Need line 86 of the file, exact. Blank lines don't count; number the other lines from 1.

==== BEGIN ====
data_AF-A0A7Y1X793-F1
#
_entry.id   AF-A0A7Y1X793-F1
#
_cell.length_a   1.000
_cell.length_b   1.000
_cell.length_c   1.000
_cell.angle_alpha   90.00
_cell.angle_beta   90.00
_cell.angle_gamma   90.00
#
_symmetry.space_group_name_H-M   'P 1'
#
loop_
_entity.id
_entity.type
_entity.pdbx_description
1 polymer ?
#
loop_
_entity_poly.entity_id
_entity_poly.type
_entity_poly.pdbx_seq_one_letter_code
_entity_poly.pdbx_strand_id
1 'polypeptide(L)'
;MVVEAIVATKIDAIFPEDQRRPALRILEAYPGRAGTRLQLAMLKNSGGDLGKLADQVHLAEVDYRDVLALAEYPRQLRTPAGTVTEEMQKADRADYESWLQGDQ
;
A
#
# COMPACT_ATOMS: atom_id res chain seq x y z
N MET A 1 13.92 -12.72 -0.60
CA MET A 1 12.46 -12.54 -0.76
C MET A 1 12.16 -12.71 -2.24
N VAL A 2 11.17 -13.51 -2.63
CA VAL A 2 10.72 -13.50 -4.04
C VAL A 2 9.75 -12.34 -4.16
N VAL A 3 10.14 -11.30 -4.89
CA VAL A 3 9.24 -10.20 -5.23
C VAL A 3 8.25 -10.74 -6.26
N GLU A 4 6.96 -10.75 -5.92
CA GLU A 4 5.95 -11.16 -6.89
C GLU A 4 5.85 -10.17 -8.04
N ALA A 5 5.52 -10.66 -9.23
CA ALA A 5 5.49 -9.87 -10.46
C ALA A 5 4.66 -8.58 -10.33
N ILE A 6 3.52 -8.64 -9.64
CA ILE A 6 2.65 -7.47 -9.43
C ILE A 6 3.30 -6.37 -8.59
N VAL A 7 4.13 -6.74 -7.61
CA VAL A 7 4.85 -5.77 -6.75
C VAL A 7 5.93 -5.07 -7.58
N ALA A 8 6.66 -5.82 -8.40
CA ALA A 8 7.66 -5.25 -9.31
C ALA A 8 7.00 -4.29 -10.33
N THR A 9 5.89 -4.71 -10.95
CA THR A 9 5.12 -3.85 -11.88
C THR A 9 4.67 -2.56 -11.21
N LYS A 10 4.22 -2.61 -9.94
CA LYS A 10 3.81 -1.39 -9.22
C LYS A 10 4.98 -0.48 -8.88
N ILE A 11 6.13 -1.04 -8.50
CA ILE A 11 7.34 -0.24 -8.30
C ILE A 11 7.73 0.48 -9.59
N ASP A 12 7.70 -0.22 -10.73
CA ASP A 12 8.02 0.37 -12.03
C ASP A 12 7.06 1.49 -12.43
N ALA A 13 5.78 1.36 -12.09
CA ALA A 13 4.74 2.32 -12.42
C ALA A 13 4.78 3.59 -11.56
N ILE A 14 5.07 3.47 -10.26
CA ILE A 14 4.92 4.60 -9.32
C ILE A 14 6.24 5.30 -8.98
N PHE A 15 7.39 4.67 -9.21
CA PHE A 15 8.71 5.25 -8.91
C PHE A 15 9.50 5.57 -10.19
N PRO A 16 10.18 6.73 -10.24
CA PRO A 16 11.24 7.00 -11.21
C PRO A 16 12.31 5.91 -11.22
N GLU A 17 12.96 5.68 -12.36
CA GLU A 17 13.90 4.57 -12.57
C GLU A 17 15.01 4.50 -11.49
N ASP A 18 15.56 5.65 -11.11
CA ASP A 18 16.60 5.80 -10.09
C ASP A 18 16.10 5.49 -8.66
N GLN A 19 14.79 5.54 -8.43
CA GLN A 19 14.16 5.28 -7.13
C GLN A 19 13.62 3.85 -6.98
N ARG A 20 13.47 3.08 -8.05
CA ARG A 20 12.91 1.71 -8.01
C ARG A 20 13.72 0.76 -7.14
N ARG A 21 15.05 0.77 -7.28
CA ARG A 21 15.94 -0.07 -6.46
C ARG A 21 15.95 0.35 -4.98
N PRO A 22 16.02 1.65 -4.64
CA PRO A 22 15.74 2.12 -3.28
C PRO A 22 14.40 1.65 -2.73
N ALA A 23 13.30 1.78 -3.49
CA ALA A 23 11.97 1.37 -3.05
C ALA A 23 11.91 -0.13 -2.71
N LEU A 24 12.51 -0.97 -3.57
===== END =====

CA GLN A 19 14.16 5.28 -7.13